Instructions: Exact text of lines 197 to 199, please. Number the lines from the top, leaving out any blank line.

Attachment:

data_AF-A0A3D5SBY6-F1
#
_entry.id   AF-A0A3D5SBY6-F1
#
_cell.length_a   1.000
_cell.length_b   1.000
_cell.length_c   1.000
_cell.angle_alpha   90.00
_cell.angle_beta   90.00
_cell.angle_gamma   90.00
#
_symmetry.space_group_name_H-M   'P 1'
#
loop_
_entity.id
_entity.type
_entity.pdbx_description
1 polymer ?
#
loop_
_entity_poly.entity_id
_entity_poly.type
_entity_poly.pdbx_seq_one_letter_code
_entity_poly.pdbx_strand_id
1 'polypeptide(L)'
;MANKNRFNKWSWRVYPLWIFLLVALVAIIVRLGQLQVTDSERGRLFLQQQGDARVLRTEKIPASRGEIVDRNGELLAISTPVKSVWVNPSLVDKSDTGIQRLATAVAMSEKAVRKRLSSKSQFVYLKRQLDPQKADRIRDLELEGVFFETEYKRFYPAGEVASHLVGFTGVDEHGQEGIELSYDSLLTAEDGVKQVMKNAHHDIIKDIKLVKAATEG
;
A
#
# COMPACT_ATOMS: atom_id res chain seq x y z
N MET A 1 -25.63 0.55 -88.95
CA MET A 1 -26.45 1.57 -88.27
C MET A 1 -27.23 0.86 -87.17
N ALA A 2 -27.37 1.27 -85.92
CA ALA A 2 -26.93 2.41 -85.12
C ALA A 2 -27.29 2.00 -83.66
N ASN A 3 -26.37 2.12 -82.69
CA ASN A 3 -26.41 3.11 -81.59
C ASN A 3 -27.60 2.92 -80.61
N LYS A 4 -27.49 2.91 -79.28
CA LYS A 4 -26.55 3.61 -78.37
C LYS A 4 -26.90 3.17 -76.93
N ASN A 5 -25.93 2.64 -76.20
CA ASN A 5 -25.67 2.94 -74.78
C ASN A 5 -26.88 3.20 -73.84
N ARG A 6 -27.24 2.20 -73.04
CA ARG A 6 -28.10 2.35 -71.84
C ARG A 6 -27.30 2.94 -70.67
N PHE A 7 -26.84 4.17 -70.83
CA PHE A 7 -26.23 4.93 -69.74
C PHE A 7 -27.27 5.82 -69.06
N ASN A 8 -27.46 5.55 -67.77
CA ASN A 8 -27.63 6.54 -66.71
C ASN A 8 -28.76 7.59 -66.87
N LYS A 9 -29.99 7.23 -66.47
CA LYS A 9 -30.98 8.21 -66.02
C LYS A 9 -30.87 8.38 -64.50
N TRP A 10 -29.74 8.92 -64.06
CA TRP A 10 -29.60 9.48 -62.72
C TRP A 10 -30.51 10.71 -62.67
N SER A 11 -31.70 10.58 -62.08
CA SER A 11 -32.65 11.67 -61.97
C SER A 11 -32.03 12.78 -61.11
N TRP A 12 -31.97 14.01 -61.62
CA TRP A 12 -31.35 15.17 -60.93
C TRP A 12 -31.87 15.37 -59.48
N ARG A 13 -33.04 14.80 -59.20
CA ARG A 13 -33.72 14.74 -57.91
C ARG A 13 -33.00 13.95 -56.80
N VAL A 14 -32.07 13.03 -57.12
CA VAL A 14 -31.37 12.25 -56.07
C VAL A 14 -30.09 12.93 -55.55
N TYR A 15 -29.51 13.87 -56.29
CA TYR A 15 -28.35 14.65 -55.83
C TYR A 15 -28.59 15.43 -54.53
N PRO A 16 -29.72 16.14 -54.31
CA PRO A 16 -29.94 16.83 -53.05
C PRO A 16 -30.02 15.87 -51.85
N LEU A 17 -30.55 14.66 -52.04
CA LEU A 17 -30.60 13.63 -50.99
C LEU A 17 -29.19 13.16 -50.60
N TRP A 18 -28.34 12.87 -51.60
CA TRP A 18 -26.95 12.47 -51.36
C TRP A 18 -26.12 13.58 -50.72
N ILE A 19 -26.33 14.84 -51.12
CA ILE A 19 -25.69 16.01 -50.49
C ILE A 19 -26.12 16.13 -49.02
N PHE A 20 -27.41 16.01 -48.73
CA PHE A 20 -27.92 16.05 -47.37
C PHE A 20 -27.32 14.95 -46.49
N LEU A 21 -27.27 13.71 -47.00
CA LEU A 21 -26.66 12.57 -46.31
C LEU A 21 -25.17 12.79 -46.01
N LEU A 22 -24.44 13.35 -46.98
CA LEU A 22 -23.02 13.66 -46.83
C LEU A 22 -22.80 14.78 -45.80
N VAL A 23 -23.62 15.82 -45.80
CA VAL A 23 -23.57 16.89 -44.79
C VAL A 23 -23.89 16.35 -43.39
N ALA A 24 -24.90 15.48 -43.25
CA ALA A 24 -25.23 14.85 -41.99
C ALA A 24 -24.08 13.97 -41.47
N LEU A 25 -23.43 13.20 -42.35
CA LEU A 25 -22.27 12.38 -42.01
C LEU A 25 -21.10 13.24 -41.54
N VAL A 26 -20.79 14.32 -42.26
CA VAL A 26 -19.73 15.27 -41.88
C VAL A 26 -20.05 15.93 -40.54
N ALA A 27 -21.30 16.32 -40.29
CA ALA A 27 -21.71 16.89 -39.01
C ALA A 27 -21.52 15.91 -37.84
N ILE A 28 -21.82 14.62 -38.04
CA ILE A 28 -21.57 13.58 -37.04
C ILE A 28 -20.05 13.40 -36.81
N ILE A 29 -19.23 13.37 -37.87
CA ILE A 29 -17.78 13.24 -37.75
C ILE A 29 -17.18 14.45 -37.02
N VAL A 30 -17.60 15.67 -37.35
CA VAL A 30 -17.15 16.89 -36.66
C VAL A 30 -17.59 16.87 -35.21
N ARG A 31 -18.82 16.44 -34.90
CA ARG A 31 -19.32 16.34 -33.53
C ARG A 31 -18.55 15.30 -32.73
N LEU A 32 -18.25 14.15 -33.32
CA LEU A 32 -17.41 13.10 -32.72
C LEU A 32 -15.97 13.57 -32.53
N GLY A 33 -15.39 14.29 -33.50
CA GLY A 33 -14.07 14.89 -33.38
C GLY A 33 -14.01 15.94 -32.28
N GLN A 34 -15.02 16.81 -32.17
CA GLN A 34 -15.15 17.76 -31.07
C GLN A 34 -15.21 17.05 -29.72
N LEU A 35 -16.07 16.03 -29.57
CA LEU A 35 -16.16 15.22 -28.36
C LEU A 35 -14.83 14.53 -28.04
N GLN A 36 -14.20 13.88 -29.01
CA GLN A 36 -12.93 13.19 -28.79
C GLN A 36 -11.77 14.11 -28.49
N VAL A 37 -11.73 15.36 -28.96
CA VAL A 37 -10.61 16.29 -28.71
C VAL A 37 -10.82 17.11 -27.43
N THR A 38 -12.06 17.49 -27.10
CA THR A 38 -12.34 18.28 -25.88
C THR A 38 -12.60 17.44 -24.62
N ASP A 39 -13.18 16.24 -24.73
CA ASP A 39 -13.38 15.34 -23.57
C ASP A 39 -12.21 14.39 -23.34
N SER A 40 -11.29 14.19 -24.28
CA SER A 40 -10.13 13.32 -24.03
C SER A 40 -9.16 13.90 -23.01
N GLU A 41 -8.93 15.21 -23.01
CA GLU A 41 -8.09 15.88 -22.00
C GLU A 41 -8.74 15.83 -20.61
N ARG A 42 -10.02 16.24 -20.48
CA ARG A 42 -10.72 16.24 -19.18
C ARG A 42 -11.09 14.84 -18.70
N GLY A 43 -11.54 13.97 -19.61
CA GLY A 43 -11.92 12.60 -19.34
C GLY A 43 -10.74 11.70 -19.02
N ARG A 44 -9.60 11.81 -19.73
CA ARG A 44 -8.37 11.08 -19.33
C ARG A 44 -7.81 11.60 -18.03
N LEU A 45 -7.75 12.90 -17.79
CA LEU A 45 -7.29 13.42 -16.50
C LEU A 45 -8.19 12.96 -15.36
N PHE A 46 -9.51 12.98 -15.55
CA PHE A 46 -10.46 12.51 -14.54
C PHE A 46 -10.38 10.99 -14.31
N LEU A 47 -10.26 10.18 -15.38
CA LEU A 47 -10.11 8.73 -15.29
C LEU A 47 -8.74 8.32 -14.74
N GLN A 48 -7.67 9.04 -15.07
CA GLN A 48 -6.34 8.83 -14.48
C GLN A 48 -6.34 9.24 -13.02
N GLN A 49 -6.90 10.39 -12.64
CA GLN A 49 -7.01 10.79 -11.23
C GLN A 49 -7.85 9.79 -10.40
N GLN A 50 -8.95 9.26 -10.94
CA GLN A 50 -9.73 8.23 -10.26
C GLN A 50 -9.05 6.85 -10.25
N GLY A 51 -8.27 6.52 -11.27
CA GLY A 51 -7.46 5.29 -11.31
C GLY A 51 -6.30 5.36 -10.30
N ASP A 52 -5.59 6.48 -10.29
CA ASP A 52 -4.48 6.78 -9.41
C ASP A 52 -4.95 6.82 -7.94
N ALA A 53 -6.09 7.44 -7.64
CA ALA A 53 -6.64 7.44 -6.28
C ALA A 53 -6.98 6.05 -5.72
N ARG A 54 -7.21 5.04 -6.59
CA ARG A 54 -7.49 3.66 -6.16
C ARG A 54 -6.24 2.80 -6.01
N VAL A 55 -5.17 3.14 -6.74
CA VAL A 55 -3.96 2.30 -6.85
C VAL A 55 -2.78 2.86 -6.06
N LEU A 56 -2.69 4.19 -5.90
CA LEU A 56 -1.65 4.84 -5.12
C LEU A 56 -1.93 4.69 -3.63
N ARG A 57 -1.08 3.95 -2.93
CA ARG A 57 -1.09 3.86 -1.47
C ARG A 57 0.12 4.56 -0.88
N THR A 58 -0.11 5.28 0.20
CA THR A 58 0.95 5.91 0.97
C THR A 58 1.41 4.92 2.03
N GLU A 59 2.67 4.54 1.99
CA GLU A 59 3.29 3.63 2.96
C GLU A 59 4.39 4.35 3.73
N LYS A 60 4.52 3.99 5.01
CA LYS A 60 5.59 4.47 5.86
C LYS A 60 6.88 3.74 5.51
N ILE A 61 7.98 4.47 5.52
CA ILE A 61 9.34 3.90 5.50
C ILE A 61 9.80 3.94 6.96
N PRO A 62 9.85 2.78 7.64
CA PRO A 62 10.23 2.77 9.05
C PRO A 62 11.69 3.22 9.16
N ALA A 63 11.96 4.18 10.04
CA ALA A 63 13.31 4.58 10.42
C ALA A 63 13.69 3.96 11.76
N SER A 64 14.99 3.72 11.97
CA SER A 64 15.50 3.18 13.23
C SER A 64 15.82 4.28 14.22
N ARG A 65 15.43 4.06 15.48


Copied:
CA LEU A 56 -1.65 4.84 -5.12
C LEU A 56 -1.93 4.69 -3.63
N ARG A 57 -1.08 3.95 -2.93